2 Chicago-area mothers stand for Clinton, gun laws, and police reform at DNC

PHILADELPHIA -- Day two of the Democratic National Convention included two mothers from the Chicago area.

The mothers of Sandra Bland and Hadiya Pendleton were on stage with a group called, “Mothers of the Movement.”

They are all mothers who lost their children to gun violence or police actions.

The group is now endorsing Hillary Clinton for President because they believe she can bring the new gun laws and police reform they are pushing for.

"Hillary is one mother who can ensure our movement will succeed,” said Sybrina Fulton, the mother of Trayvon Martin. Martin was shot and killed by George Zimmerman near Orlando. Zimmerman was acquitted of murder.

“Hillary Clinton has the compassion and understanding to comfort a grieving mother. She has the courage to lead the fight for common-sense gun legislation. And she has a plan to repair the divide that so often exists between law enforcement and the communities they serve. This isn't about being politically correct. It's about saving our children,” said Fulton.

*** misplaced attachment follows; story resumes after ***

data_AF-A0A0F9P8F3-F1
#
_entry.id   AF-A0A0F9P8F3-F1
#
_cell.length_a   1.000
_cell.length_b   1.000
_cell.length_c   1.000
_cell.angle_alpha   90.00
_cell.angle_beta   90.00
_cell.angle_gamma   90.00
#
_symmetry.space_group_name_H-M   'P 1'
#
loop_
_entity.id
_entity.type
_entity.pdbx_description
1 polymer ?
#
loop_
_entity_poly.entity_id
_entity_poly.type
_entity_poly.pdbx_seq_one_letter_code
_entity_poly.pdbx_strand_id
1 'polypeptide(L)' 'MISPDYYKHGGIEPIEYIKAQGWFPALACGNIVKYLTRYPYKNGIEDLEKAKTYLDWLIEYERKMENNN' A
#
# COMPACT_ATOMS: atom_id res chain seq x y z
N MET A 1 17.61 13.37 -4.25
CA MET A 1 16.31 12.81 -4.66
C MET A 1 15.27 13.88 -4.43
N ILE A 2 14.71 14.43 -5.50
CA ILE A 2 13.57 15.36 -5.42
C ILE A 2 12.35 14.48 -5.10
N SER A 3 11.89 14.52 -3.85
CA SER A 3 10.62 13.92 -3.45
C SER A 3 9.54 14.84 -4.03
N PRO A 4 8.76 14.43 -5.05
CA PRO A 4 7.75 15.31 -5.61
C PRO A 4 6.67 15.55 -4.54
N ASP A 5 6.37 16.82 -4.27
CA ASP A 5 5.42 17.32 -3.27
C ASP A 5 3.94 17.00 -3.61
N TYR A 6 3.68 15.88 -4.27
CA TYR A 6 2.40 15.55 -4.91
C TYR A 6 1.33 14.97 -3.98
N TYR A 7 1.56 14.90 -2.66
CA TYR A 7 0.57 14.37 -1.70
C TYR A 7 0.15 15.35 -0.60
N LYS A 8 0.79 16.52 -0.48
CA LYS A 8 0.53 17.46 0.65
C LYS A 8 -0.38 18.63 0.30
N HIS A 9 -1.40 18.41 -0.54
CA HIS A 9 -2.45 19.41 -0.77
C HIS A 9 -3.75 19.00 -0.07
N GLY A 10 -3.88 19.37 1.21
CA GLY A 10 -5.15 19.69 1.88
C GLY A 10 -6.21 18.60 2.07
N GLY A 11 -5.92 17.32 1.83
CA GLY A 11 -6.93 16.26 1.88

"Hillary Clinton isn't afraid to say black lives matter,” said Lucia McBath, whose 17 year old son Jordan was killed in a shooting. “She isn't afraid to sit at a table with grieving mothers and bear the full force of our anguish. She doesn't build walls around her heart. Not only did she listen to our problems, she invited us to become a part of the solution."

"She knows that when a young black life is cut short, it's not just a loss. It's a personal loss. It's a national loss. It's a loss that diminishes all of us,” said Geneva Reed-Veal. Her daughter, Sandra Bland died in police custody in Texas in 2015. Her death was ruled a suicide. “What a blessing tonight to be standing here so that Sandy can still speak through her mama."

The mothers’ presentation included a three minute video that chronicled when Hillary Clinton met with them in November. Clinton recommended that they start traveling together in order to get their message widespread.